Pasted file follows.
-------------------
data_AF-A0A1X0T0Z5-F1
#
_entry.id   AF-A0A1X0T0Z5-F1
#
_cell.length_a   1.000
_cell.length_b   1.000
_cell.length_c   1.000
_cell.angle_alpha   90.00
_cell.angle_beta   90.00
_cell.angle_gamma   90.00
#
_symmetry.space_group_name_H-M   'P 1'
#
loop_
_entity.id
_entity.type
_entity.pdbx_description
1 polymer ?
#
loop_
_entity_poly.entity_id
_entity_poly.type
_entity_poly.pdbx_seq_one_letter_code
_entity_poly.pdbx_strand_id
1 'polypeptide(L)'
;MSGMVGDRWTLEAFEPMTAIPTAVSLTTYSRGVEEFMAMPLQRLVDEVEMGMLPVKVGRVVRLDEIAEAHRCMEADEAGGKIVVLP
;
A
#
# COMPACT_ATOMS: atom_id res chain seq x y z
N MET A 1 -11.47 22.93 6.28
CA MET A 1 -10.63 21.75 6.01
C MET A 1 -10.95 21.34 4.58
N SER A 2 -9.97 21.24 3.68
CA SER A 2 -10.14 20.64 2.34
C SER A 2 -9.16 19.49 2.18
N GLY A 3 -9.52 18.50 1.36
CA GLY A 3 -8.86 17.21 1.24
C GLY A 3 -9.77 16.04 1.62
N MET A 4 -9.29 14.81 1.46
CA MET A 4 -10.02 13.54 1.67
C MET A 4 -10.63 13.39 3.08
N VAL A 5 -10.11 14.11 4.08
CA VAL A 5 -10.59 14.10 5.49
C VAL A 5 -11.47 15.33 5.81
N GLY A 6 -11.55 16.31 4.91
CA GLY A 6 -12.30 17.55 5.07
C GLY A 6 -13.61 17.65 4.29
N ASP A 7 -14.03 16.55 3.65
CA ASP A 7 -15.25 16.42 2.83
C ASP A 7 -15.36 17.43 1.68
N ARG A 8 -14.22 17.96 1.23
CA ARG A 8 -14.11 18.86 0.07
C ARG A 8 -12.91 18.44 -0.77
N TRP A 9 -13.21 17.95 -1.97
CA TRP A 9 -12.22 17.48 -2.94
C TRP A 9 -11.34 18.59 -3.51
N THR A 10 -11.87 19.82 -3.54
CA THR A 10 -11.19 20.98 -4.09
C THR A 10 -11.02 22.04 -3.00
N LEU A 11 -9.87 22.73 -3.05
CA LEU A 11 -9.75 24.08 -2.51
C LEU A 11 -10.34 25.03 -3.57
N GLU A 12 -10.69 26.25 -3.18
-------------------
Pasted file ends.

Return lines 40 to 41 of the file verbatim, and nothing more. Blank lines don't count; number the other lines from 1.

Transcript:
N MET A 4 -9.29 14.81 1.46
CA MET A 4 -10.02 13.54 1.67